I have found this riddle in my book and so far which may require the use of calculus (integrals) to which I'm familiar but not very savvy with it. Since, I've not yet come with an answer. I wonder if such problem can be also solved using sums in the scope of college precalculus like an approximation (proven) which could be solved by hand even the calculus method which I also feel might also help me.

The problem is as follows:

In a research facility in Taiwan a group of technicians built a new optical disk which stores information in a spiral engraved in its bottom face named "lecture side". Under the microscope it can be seen that the spiral begins in a region starting from $\textrm{2.6 cm}$ from its axis of rotation and it ends at $\textrm{5.7 cm}$ from the center of the disk. It can also be seen that individual turns of the spiral are $0.74\,\mu\textrm{m}$. Using this information calculate the length of the entire track.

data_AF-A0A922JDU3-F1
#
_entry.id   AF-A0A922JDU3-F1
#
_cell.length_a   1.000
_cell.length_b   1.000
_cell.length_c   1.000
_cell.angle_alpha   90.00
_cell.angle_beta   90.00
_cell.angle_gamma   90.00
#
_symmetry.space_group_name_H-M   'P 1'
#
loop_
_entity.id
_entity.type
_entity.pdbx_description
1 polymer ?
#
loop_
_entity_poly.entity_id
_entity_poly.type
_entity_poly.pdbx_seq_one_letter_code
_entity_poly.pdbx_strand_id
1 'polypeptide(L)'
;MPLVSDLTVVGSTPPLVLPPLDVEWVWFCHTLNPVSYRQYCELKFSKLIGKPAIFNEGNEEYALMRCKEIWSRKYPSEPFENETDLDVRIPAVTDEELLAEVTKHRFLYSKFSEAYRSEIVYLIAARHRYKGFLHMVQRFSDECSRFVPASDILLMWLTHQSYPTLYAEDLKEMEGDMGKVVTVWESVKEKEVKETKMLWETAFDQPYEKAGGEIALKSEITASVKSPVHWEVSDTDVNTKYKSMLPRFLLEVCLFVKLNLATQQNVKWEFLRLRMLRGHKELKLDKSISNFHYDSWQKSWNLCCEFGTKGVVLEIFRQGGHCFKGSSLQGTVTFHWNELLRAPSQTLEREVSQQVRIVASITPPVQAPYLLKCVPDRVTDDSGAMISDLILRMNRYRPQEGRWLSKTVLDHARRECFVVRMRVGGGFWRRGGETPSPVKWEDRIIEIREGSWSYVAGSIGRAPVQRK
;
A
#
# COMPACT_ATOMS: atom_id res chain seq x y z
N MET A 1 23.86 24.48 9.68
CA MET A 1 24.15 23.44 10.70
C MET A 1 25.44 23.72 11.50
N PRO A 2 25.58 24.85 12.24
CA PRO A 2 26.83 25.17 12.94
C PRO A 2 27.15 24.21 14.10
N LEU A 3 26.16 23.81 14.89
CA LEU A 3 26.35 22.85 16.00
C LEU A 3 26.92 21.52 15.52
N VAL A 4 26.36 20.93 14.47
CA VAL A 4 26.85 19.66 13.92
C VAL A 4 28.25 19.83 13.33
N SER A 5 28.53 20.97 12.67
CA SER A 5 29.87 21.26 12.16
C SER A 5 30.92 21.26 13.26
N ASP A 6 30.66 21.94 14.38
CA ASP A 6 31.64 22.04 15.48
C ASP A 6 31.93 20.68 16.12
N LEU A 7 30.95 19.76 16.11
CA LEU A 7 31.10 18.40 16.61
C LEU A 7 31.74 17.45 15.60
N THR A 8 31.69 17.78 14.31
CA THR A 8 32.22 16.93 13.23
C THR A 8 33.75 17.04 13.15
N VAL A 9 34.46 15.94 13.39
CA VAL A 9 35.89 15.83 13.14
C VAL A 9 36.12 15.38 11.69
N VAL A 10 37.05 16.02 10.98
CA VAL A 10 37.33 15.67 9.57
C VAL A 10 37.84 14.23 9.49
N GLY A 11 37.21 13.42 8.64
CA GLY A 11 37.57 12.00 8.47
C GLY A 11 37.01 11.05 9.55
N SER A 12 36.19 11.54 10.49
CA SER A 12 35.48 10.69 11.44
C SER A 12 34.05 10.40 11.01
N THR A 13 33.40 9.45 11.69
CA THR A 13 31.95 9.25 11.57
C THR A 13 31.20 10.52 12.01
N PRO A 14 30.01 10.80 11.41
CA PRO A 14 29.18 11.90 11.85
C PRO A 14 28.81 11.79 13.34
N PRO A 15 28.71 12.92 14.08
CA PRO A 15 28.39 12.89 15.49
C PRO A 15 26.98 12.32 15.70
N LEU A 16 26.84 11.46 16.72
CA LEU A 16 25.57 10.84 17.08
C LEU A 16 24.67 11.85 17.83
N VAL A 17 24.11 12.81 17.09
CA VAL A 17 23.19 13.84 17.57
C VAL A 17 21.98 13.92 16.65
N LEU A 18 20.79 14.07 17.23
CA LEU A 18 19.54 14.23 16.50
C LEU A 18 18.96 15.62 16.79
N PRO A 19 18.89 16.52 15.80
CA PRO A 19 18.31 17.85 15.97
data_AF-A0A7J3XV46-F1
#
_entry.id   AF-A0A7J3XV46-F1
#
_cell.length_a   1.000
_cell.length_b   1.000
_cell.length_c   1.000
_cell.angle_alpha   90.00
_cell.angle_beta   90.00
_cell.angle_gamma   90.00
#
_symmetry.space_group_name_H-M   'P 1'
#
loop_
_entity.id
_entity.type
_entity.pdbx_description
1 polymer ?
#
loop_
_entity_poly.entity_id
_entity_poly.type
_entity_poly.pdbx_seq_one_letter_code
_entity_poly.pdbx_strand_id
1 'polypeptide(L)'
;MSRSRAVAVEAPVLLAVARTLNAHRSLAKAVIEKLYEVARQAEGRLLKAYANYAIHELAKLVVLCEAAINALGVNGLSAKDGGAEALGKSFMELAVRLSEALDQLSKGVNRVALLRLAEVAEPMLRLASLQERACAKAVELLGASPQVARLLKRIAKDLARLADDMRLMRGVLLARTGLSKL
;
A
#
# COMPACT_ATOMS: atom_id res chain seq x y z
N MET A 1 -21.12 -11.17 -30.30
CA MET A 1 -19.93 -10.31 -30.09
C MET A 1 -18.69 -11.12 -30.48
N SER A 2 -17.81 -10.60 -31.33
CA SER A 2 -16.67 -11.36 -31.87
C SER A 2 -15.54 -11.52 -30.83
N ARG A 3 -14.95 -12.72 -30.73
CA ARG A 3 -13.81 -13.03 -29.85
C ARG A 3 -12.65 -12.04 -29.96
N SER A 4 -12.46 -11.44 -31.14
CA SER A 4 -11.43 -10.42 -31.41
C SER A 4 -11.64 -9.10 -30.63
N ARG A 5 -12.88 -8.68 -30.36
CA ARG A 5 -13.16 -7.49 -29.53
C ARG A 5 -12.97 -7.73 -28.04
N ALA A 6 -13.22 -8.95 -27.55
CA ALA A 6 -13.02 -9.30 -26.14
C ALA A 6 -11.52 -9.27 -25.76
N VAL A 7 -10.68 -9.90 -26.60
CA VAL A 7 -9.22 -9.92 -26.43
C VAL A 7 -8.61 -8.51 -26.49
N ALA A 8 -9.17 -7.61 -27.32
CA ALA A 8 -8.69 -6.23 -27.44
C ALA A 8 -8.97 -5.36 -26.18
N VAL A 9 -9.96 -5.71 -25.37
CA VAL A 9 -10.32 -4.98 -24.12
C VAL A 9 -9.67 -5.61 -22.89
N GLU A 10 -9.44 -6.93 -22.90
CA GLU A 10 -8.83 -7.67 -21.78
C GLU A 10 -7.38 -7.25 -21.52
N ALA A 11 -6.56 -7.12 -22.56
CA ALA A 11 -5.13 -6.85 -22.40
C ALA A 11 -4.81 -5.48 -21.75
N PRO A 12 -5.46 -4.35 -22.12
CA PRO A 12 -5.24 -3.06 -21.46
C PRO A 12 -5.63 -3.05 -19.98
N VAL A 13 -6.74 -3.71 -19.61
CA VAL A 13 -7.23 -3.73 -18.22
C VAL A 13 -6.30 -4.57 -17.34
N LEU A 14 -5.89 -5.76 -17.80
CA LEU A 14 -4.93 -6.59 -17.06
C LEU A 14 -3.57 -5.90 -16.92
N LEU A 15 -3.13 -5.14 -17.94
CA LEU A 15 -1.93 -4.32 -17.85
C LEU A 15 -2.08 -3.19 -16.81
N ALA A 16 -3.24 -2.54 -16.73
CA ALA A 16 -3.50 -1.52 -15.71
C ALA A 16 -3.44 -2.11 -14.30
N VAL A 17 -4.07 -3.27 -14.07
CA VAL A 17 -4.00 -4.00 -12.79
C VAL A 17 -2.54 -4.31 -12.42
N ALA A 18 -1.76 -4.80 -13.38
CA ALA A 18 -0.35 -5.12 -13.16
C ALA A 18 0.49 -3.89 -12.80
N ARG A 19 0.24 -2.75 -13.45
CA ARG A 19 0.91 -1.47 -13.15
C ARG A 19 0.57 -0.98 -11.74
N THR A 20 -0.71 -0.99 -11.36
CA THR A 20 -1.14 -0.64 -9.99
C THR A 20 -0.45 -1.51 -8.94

So far I've only come with the idea of using the spiral of Archimedes, whose formula is given as follows:


However, I'm not very familiar with the realm of polar coordinates or how can this equation be used to solve my problem. To better illustrate the situation, however I've drawn this sketch to show how I'm understanding the problem.

Sketch of the problem

I've included a cartesian grid, which well "may not be" in scale. But gives an idea of how I believe it is intended to be said.

I've really wanted to offer more into this such as an attempt into solving, but so far I've ran out of ideas.

However, I've come with the idea that the solution may be linked with finding how many turns are in the "readable sector" which is alluded in the problem.

To calculate this what I did was the following:

$\textrm{number of turns}= \left( 5.7 - 2.6 \right)\times 10^{-2}\textrm{m}\times \frac{\textrm{1 turn}}{0.74\times 10^{-6}\textrm{m}}$

By evaluating this short conversion factors I obtained

$\textrm{number of turns} = 41891.89189\,\textrm{turns or rad}$

And that's it. But from there I don't know how to relate this information with what would be needed to solve this riddle. The answer in the book states that the track's length is $1.09\times 10^{4}\,\textrm{m}$. But again. I don't know what can I do to get there.